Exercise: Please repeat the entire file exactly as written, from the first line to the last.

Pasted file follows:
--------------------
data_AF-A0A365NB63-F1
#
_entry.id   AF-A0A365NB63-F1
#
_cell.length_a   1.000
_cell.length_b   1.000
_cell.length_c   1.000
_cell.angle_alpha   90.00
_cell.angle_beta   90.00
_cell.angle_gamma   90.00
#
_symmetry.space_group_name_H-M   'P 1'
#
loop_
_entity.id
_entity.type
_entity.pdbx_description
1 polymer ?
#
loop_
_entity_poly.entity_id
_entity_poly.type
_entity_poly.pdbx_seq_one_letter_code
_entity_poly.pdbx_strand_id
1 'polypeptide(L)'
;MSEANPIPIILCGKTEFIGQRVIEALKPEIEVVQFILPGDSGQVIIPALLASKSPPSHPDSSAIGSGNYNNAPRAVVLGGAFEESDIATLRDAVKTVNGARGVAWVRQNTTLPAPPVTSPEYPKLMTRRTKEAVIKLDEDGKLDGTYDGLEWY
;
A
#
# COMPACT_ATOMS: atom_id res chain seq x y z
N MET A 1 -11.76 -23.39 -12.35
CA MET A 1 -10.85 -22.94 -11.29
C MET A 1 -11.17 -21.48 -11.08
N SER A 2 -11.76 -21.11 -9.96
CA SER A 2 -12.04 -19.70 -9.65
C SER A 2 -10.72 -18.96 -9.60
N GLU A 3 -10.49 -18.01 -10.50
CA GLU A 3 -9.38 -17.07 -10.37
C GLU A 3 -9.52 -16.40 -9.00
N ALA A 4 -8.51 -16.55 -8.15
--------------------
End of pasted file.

data_AF-A0A365NB63-F1
#
_entry.id   AF-A0A365NB63-F1
#
_cell.length_a   1.000
_cell.length_b   1.000
_cell.length_c   1.000
_cell.angle_alpha   90.00
_cell.angle_beta   90.00
_cell.angle_gamma   90.00
#
_symmetry.space_group_name_H-M   'P 1'
#
loop_
_entity.id
_entity.type
_entity.pdbx_description
1 polymer ?
#
loop_
_entity_poly.entity_id
_entity_poly.type
_entity_poly.pdbx_seq_one_letter_code
_entity_poly.pdbx_strand_id
1 'polypeptide(L)'
;MSEANPIPIILCGKTEFIGQRVIEALKPEIEVVQFILPGDSGQVIIPALLASKSPPSHPDSSAIGSGNYNNAPRAVVLGGAFEESDIATLRDAVKTVNGARGVAWVRQNTTLPAPPVTSPEYPKLMTRRTKEAVIKLDEDGKLDGTYDGLEWY
;
A
#
# COMPACT_ATOMS: atom_id res chain seq x y z
N MET A 1 -11.76 -23.39 -12.35
CA MET A 1 -10.85 -22.94 -11.29
C MET A 1 -11.17 -21.48 -11.08
N SER A 2 -11.76 -21.11 -9.96
CA SER A 2 -12.04 -19.70 -9.65
C SER A 2 -10.72 -18.96 -9.60
N GLU A 3 -10.49 -18.01 -10.50
CA GLU A 3 -9.38 -17.07 -10.37
C GLU A 3 -9.52 -16.40 -9.00
N ALA A 4 -8.51 -16.55 -8.15